On the back, you’ll find the charging pins. The unit connects to a USB charger I’ll show you in a second. The reason the Fenix2 (and most other well waterproofed watches) use contacts like these to charge versus using a standard micro-USB or mini-USB port is for waterproofing purposes.
Here’s the USB charging cable. The cable can be used both to charge the unit, as well as to transfer workouts/tracks/routes/waypoints/maps/etc… Garmin provides apps for PC and Mac, but the device enumerates as a standard USB mass storage device, so that functionality will work fine on other operating systems like Linux.
The clip snaps onto the back, thus it would be able to pass the ‘ceiling fan’ test, which tests whether or not the charging clip is strongly enough attached to the Fenix2 to tie one end to a ceiling fan and turn it on. Aside from being fun, the more practical implication of this is that you can charge it on the go, without worrying about a finicky connection.
With everything unboxed, let’s see how it stacks up against other units.
Size & Weight Comparisons:
As always, I’ve combined all the competitive units in the running and triathlon segment together for you to get a feel for how they compare size-wise. Roughly speaking, the bigger ones are on the left side – and those are the ones we’re mostly comparing between.
Below, from left to right: Adidas Smart Run GPS, Suunto Ambit 2, Polar V800, Garmin Fenix2, Suunto Ambit 2R.
Next, I’ve flipped it over so you can see the depth of the units themselves.
If you look at the Fenix1 and Fenix2, you’ll see they are virtually identical. After all, they are basically twins, just not identical twins. On the visible side, the button layout changed. On the internal guts side, the unit received a slight change in the accelerometer to enable the swimming tracking scenarios, that wouldn’t have been fully possible with the same level of accuracy with the accelerometer that’s contained in the Fenix1/Tactix units.
And remember, these watches are part of a longer line of siblings that share nearly identical physical hardware, but change in software – from the Quatix for marine use, to the D2 for pilots.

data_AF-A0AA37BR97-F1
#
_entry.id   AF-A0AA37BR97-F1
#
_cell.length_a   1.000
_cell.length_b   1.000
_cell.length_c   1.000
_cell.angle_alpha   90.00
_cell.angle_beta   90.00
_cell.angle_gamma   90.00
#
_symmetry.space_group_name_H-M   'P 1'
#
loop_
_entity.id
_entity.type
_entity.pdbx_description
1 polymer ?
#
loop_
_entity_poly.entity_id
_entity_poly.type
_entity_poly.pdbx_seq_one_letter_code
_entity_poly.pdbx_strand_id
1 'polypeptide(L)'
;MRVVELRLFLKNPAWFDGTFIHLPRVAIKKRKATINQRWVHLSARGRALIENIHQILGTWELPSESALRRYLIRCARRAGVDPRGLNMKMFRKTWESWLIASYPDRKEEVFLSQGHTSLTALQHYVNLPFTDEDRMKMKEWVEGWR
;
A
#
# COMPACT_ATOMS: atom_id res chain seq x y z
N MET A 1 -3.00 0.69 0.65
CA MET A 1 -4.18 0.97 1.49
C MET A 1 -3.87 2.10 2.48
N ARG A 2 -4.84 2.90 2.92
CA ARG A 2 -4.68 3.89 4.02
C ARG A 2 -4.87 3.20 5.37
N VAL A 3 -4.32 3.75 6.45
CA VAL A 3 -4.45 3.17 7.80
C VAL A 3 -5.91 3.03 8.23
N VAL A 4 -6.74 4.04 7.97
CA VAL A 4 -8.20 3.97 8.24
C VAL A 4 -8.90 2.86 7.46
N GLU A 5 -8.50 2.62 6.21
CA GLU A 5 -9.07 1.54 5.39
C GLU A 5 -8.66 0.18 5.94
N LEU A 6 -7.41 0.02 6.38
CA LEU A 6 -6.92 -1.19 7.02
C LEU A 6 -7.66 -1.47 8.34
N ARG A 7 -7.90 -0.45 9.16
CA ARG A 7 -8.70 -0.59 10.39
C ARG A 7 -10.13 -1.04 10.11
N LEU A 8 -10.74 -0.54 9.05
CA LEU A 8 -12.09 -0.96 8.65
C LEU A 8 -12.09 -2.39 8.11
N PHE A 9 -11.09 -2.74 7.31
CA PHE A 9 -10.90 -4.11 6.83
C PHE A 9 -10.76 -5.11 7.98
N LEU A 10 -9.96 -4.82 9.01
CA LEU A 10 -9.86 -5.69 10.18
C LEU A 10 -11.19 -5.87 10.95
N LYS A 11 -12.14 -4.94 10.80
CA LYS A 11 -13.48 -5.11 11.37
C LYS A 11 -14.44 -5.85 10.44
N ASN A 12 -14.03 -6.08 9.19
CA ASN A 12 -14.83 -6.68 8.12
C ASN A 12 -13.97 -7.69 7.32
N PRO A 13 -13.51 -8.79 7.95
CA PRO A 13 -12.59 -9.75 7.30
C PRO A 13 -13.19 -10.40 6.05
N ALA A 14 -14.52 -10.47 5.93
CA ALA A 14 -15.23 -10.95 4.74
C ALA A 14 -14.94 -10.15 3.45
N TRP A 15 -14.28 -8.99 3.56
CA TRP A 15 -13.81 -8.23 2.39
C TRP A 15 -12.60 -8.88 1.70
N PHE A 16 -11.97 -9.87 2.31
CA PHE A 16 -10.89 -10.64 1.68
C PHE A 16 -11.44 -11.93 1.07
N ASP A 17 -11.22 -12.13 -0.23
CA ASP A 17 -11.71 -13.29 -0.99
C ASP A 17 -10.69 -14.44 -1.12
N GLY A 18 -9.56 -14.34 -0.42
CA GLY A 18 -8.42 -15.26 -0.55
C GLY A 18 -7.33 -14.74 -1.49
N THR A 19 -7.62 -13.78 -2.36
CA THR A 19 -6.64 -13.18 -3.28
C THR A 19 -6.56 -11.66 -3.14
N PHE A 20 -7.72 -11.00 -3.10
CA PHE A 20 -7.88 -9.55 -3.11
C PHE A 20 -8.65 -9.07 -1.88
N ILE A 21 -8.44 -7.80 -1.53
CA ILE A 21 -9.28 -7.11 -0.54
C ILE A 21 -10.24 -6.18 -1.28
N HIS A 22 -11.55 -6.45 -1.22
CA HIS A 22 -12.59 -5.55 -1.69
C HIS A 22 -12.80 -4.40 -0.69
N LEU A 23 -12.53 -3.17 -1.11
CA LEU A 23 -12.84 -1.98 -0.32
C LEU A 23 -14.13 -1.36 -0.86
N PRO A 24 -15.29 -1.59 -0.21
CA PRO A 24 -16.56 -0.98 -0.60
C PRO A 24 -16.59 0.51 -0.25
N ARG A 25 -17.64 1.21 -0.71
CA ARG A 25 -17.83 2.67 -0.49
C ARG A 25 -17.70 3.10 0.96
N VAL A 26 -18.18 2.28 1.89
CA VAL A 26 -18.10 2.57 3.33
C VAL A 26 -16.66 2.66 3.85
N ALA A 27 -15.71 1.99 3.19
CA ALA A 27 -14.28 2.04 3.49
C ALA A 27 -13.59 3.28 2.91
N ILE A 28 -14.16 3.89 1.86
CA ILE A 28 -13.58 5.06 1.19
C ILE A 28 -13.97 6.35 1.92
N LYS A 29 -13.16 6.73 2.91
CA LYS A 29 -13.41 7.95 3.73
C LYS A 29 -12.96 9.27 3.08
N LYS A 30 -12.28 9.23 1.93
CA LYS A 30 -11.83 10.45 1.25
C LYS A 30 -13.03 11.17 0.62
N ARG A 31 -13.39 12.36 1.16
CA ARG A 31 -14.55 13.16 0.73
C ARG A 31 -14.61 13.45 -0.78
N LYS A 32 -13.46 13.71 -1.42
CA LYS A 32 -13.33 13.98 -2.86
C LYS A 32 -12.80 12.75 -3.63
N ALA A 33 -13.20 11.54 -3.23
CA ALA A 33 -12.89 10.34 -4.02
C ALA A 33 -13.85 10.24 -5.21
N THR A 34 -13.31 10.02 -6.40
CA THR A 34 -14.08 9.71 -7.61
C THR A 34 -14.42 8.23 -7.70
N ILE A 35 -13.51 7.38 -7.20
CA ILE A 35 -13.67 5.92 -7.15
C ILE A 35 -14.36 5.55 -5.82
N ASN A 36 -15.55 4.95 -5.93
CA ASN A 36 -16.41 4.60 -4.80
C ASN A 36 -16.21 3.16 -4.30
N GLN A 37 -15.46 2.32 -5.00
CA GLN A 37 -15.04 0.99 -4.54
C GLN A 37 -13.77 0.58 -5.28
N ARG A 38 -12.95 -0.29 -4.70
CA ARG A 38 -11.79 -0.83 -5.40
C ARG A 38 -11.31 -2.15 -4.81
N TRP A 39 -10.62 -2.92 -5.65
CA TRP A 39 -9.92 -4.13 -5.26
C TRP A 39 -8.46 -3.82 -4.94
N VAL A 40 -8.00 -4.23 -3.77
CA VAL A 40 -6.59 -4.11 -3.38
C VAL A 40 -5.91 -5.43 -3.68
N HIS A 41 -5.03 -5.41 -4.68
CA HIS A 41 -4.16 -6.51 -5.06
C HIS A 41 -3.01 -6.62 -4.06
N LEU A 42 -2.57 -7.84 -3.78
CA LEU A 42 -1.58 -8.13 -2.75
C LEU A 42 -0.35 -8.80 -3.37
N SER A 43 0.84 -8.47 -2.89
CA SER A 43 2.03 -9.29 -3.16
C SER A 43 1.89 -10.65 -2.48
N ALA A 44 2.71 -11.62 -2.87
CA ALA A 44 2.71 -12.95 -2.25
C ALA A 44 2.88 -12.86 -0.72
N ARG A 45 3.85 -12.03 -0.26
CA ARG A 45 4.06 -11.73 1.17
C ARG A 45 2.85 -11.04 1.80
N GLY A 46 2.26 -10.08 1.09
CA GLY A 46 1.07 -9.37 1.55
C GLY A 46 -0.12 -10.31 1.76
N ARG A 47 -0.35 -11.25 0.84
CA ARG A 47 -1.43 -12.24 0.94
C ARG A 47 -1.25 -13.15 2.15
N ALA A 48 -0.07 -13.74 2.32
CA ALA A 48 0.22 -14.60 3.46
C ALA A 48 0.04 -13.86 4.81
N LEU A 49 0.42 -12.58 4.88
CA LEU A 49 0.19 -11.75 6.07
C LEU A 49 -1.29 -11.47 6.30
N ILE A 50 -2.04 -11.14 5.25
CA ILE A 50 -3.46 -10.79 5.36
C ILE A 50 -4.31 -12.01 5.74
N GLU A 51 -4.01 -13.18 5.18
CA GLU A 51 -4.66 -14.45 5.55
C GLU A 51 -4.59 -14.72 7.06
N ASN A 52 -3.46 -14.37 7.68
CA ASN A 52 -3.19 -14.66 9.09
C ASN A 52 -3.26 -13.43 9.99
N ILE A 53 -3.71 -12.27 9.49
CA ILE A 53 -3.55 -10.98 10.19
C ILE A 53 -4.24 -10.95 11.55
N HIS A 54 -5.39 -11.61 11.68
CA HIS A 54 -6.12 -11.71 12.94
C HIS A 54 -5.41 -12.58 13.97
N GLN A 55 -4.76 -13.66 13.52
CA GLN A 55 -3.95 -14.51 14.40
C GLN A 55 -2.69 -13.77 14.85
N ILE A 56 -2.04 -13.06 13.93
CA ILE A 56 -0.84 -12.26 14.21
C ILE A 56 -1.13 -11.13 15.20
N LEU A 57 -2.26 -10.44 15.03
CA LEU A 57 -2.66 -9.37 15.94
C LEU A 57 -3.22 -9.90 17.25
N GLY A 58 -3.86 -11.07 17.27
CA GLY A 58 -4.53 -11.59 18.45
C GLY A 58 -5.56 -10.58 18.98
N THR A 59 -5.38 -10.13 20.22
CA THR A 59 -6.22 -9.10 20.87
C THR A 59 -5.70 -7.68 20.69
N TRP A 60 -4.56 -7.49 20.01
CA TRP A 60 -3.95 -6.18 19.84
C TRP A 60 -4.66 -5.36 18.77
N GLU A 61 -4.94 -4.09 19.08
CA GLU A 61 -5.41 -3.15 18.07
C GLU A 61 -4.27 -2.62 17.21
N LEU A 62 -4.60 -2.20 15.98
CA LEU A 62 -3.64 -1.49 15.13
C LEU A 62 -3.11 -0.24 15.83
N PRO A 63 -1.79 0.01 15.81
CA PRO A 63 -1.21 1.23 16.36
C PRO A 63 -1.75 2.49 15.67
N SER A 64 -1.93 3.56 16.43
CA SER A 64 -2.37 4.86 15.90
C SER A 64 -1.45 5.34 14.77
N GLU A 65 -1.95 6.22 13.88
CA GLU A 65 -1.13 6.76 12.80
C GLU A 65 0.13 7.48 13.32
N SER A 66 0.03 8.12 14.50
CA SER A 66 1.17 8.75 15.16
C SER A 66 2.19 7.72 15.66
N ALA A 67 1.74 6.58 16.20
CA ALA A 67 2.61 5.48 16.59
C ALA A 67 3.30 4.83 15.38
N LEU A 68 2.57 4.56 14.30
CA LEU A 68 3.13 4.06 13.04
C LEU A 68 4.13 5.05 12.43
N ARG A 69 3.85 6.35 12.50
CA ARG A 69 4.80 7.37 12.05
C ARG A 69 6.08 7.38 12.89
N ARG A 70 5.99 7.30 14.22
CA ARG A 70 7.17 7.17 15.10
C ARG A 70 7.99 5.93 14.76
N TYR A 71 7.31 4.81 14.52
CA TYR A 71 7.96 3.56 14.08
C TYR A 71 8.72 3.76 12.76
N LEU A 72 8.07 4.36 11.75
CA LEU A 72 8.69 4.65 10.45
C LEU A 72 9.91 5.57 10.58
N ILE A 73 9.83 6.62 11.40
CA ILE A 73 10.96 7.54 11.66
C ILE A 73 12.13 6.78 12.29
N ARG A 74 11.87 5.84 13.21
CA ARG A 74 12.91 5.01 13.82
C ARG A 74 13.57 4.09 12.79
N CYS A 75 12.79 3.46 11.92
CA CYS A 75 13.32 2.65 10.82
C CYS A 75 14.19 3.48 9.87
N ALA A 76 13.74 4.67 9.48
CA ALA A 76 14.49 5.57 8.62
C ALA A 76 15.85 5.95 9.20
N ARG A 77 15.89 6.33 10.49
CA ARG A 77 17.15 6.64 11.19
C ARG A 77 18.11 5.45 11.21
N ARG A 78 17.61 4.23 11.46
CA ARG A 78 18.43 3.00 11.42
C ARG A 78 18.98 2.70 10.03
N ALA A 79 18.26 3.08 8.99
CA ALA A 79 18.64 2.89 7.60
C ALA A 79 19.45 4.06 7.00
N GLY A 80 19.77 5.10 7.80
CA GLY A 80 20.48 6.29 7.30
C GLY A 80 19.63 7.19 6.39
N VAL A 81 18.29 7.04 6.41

For those that haven’t followed along on the Fenix journey, the Fenix1 actually has received substantial updates over the last 4-5 months. In fact, outside of multisport mode, power meter support (cycling), and swimming support – the Fenix1 gains almost all the features of the Fenix2. Even things like mobile phone uploads and satellite pre-caching. These features were introduced in beta recently, and will ultimately be brought to full production status on those units as well. However, neither the Fenix1 nor the Tactix will get the Fenix2-only features like swimming, multisport or power meter support. Expect to see Garmin cease manufacturing of those units by summer.
One minor little tidbit that I thought was interesting – the Fenix2 strap is slightly longer than the Fenix1 strap:
Next, while you’ll see the watch on my wrist throughout the review, I did briefly want to include what it looks like on a smaller female wrist – in this case, my wife. She’s tiny, and her wrist size is 14cm (or 5.5 inches).
She found it heavy for her, but I pretty much said the same thing when I wore it initially. She hasn’t spent any time running with it though, nor getting used to it.
Finally, when it comes to weights, here’s a lineup of the devices you’re most likely to compare:
The key difference in weight between the Fenix1 and Fenix2 really comes from the change to the back plate on the unit.
And for fun, here’s two more units you’re likely to compare:
As you can see, weight-wise they’re all basically in the same camp. Note that for the FR910XT, I had the quick-release kit on there, which likely adds a tiny bit of weight.
With comparisons done, let’s head onto actually using the product.
Please note: My Final Fenix2 In-Depth Review is now available and published here. Today, Garmin announced their latest watch – the Fenix2. This unit builds upon the first generation Fenix unit that was initially released in the summer of 2012. … Read More Here